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Brief note re: Hulk Hogan’s $140M jury award against Gawker

March 23, 2016 No Comments »
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An insightful and well-written article by Eriq Gardner of The Hollywood Reporter can be found here:

My take on the $140 million jury award to Hulk Hogan against Gawker is that it does not portend a stifling of the press or an impediment on the First Amendment.  The amount is a lot, sure.  A substantial amount of it is punitive damages.  And to be clear, there are particular facts in this case that should give everyone pause about how far the media can go in publicizing information of any kind, at any cost, no matter how it is obtained, and no matter the consequences.

I’m not taking a position on whether Gawker should or shouldn’t be liable or to what extent.  But just as the First Amendment and freedom of the press is of paramount importance and should be cautiously navigated, so too is the right of privacy and the extent to which any and every piece of information can be deemed newsworthy and subsequently published.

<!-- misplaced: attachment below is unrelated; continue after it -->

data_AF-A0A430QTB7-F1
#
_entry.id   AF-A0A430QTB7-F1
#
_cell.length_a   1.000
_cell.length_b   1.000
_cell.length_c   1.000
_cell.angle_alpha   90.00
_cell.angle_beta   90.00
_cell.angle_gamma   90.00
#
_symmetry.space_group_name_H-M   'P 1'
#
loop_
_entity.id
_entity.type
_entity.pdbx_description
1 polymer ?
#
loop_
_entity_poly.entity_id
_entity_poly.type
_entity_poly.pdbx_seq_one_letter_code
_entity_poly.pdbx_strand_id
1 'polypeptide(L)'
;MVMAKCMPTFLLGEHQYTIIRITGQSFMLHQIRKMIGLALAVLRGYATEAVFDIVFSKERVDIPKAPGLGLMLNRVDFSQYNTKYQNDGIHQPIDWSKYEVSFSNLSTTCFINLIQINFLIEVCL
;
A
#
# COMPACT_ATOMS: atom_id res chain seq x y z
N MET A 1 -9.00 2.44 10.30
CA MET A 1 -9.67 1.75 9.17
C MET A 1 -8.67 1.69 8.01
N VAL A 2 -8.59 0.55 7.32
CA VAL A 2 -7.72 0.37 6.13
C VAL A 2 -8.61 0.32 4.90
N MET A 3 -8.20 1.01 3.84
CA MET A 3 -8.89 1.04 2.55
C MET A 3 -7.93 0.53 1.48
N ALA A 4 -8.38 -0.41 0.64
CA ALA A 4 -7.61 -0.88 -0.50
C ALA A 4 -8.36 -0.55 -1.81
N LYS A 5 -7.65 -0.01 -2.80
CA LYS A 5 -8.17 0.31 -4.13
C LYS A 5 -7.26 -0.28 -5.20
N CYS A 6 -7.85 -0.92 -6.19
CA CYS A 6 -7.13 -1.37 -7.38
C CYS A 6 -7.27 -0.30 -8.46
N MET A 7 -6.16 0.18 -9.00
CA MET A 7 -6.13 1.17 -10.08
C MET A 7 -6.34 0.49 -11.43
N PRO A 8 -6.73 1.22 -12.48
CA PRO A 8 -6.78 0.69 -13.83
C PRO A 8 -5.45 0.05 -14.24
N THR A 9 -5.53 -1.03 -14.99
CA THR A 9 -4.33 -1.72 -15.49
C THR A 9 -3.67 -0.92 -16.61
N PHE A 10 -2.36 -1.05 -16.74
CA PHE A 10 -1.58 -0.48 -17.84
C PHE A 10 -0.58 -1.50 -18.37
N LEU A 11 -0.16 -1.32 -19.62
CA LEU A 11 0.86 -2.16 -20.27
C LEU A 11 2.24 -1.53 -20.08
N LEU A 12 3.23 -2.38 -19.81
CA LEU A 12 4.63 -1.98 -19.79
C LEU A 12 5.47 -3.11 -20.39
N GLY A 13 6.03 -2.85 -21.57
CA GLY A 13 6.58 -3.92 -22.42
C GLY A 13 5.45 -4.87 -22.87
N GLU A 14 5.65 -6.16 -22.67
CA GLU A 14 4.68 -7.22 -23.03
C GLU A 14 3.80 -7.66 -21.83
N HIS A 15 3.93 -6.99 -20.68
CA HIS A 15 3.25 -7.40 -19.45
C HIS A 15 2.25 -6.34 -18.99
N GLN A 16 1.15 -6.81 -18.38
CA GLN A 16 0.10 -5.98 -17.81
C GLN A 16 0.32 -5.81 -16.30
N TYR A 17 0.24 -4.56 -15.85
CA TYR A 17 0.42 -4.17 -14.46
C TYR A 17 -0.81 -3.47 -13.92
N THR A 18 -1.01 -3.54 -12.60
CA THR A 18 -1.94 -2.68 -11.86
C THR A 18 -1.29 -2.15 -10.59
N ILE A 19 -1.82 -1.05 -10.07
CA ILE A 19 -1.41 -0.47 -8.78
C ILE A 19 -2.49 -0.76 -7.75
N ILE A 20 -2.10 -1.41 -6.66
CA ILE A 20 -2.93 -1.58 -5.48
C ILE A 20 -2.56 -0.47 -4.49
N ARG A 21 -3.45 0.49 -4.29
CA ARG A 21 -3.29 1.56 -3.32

The Right of Publicity and the First Amendment have always moved in lockstep.  Some cases get it right; some don’t.  Some favor the First Amendment, others favor the Right of Publicity.

As Eriq Gardner’s article correctly notes, the ruling is likely to be appealed.  The amount of the award could easily be reduced.  The parties could settle on an undisclosed amount to end the litigation.

But I do not have any particular concerns at the moment about the fallout of the Hulk Hogan ruling.  The facts of the case are quite specific, and the legal process has to be allowed to play out.  If a jury finds that something unacceptable or egregious took place, perhaps they are not wrong.

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